The entire procedure of pregnancy is embroiled in a lot of confusion and fear. Implantation bleeding adds to this confusion in its own way. This article tries to answer the numerous questions that are associated with implantation spotting. However, before we explore the answers to these questions, it is important to gather some insight on the process of fertilization.
What is Implantation?
When the sperm fertilizes the egg, the diploid cell zygote travels all the way to the uterus. During this journey, cell division occurs and the zygote transforms into blastocyst. Once inside the uterus, the blastocyst burrows itself inside the lining of the uterus, called endometrial lining. This lining is very rich in blood and other nutrients and further develops into placenta. The process by which the blastocyst attaches itself to the endometrial lining is called implantation. If the implantation is not successful, then the blastocyst is discharged as a part of a normal menstrual flow.
Why Does Implantation Spotting Occur?
As mentioned above, the endometrial lining is a blood rich zone. Naturally when the blastocyst burrows itself in the endometrial lining, a few drops of blood pass through the cervix and down to the vagina. This discharge looks quite different from the normal menstrual flow. Mostly, it is pink or brown in color, as the blood from the endometrial lining is not a recent one.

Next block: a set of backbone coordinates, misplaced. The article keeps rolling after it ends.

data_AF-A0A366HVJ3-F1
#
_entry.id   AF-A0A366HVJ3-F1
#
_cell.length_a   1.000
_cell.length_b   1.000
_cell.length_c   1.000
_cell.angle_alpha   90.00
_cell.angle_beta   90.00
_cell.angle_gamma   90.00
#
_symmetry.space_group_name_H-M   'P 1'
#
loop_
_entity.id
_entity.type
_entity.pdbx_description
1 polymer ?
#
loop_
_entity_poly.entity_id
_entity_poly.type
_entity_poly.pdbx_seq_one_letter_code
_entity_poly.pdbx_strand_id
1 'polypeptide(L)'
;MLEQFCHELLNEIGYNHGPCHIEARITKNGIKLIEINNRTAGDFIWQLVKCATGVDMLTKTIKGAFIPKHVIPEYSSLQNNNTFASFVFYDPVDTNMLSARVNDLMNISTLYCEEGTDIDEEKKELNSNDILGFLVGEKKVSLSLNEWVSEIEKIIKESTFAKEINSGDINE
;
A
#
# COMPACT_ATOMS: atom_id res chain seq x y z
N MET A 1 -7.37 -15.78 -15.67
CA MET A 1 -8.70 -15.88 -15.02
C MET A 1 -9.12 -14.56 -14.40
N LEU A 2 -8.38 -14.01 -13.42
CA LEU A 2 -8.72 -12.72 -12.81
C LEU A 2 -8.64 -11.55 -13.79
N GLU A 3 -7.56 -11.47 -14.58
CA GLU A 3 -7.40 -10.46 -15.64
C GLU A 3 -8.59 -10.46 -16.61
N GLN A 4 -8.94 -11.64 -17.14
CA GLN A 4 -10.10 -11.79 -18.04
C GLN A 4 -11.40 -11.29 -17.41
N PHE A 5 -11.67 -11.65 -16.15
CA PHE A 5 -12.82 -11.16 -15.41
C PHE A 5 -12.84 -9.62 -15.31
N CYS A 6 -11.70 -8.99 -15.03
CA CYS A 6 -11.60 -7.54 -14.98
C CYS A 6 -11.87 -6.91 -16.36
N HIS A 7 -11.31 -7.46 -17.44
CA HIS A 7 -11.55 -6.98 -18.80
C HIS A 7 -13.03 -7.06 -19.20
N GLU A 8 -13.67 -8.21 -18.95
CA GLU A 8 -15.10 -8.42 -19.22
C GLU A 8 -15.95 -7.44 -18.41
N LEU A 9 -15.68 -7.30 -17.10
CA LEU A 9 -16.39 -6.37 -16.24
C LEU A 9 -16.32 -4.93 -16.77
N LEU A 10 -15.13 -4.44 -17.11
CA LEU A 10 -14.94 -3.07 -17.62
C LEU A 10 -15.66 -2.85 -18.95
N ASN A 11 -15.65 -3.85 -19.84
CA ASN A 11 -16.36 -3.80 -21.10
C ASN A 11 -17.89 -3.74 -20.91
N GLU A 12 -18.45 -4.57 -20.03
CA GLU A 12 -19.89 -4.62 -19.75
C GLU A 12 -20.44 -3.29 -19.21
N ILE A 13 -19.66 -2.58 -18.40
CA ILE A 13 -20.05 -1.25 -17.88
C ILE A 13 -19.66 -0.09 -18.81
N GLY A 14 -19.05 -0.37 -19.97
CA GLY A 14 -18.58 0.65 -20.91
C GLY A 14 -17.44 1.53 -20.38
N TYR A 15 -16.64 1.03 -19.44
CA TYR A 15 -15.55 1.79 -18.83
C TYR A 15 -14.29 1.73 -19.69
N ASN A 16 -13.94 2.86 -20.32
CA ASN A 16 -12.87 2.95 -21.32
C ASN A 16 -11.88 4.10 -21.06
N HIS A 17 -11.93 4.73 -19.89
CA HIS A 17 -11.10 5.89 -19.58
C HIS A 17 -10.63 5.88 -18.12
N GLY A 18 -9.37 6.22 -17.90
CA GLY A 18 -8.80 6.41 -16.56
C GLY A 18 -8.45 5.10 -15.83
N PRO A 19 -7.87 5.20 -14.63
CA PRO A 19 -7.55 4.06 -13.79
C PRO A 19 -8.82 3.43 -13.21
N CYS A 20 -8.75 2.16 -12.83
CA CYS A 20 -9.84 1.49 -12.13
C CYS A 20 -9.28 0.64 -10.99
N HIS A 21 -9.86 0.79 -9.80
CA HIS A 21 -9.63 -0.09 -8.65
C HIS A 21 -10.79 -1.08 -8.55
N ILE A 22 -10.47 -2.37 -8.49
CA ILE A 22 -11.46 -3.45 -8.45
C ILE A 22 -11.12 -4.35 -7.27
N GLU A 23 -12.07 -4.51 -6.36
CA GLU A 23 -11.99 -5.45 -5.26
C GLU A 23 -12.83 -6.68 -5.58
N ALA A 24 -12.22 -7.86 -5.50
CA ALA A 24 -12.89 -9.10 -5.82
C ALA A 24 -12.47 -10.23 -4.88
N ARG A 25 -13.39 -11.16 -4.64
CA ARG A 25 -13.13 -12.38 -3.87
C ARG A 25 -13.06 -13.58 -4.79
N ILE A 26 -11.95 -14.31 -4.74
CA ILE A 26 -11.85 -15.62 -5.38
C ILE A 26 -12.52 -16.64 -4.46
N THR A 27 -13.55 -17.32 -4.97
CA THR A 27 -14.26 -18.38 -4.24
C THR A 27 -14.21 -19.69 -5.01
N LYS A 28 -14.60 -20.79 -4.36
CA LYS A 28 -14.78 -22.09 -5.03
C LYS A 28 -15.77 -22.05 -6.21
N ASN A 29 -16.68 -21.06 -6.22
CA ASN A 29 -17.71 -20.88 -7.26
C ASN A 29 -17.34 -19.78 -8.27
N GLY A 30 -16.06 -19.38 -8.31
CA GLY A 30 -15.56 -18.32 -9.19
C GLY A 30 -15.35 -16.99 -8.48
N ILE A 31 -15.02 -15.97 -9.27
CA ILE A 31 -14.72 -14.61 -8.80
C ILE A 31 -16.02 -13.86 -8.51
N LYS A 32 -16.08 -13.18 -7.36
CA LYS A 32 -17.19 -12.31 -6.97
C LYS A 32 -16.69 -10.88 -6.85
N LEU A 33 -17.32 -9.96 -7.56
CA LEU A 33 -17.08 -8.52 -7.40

When Does It Occur?
Typically, implantation occurs on any day between 6 to 12 days after fertilization. However, it is most likely to happen on the 9th day after the fertilization takes place. You should expect implantation bleeding before 1 to 2 weeks of your regular periods. It may vary depending upon the duration of your menstrual cycle. However, if you notice it closer to your impending period, then it may not be implantation spotting after all.
How Long Does It Last?
Implantation spotting does not last for more than 2 days. In fact, it is not always that you'll notice an implantation spotting. Only about 25 - 30 % women report it. Few women, who actually notice that they are bleeding lightly might as well mistake it for a light period.
Along with the light discharge, you may experience cramps in the pelvic region. Implantation cramping is pretty similar to that in PMS. Implantation cramping peculiarly takes place at the side of the uterus, where the implantation has occurred. If you experience spotting, then you might watch out for other early pregnancy signs.
Many women either mistake implantation spotting for an early period or they take it for a miscarriage, if they are trying for conception. This may affect the entire course of pregnancy. Hence, it is very important to get a few facts straight when you are pregnant or are trying for a pregnancy.
Disclaimer: This article is intended for information purpose only. Do not use the information presented herein as a substitute for medical practitioner's advice.